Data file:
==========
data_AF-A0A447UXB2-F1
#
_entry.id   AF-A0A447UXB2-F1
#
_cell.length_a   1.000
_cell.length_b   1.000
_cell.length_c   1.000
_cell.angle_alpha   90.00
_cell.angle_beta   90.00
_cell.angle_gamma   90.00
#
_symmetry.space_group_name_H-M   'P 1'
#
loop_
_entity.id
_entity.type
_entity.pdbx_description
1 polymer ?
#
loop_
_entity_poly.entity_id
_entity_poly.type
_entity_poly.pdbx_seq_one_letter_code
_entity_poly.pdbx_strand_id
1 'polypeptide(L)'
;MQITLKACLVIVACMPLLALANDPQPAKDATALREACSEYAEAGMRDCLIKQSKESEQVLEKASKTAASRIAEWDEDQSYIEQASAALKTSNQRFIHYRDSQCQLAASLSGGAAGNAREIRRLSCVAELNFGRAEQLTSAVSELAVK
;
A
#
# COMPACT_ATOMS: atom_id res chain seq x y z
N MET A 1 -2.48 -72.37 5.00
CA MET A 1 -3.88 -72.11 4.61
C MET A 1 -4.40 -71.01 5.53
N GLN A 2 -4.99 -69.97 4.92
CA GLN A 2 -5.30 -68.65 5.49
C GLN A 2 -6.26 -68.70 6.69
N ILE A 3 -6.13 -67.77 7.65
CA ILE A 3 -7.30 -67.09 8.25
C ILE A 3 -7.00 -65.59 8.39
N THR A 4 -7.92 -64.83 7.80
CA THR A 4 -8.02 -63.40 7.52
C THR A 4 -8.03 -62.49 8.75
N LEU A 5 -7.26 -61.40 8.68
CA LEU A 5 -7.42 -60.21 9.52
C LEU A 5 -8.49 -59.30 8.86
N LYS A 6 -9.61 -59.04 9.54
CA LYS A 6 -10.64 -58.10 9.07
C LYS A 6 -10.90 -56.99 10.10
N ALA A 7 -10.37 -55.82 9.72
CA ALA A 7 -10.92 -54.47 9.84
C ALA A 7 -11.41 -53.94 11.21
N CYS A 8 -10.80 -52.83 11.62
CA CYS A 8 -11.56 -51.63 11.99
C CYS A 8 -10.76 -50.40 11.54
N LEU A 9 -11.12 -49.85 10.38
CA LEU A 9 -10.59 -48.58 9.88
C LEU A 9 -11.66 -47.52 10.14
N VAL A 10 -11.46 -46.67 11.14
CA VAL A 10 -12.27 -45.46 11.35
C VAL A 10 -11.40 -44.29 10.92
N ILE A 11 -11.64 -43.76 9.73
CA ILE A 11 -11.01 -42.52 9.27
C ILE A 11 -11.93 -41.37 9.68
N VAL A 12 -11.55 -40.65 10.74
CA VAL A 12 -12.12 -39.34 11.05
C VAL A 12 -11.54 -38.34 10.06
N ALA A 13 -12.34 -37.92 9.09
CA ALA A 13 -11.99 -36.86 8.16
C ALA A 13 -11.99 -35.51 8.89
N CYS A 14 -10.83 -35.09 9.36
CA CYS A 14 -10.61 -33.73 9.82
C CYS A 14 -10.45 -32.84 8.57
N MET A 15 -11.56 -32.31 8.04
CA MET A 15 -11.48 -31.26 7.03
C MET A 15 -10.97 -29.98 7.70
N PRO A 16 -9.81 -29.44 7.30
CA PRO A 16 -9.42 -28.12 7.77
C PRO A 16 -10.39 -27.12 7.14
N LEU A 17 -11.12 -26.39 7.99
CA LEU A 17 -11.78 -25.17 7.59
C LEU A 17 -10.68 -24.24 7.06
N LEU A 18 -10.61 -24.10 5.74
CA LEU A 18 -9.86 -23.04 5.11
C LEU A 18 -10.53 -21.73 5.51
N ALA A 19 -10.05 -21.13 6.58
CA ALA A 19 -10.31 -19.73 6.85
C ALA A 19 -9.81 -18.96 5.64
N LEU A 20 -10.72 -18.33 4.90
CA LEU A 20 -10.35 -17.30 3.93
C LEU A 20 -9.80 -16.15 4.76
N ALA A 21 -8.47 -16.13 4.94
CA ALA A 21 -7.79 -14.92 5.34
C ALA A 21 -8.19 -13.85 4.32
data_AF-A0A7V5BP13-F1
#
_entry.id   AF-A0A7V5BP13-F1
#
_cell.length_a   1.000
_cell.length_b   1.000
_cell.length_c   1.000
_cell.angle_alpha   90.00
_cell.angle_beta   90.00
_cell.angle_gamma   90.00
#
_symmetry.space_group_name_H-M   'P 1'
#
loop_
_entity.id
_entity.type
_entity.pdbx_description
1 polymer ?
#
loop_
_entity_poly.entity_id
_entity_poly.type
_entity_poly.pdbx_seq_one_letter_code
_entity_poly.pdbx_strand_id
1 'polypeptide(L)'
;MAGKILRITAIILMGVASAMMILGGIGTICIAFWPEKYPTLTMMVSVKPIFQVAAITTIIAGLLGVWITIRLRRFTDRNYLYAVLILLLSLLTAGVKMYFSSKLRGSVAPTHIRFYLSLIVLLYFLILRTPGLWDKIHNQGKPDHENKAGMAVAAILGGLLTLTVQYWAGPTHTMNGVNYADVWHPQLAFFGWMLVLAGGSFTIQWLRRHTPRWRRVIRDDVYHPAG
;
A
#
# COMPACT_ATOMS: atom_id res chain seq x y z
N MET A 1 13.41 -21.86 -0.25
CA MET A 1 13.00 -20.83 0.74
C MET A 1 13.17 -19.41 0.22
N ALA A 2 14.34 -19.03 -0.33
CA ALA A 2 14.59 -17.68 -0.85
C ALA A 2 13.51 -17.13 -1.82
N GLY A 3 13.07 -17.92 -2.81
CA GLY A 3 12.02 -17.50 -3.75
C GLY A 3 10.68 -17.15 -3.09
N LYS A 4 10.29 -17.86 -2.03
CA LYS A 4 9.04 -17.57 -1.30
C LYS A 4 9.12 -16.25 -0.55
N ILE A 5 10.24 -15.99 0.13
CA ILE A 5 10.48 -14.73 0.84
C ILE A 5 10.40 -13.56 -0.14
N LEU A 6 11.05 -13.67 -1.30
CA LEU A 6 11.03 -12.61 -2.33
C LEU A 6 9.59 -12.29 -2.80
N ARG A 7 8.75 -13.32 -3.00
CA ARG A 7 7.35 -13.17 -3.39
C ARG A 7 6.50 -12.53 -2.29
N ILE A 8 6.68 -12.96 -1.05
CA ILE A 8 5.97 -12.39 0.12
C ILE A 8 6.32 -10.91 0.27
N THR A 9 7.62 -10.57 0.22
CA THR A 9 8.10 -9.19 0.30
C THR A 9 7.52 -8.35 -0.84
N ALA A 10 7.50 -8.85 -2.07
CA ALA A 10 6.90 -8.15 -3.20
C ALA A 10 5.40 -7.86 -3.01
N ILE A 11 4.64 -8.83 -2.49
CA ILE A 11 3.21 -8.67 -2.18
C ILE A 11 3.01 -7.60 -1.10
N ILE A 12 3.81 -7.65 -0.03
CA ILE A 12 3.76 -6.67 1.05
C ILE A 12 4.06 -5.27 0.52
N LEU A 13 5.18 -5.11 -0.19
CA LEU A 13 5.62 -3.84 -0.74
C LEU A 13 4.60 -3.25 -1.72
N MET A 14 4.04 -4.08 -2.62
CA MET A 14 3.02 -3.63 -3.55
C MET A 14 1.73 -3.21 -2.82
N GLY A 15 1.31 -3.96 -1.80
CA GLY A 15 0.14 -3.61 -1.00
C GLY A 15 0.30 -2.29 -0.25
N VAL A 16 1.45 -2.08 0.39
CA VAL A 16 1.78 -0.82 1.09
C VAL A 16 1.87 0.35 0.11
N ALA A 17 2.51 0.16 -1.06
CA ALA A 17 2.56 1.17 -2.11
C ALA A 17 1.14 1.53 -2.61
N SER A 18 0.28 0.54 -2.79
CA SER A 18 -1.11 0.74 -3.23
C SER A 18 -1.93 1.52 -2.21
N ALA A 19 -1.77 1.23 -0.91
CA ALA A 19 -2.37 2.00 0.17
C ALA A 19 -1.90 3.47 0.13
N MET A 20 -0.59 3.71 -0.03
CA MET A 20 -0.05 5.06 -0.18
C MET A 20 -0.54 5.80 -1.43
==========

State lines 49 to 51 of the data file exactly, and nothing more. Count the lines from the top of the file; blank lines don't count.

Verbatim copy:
N ALA A 7 -10.37 -55.82 9.72
CA ALA A 7 -10.92 -54.47 9.84
C ALA A 7 -11.41 -53.94 11.21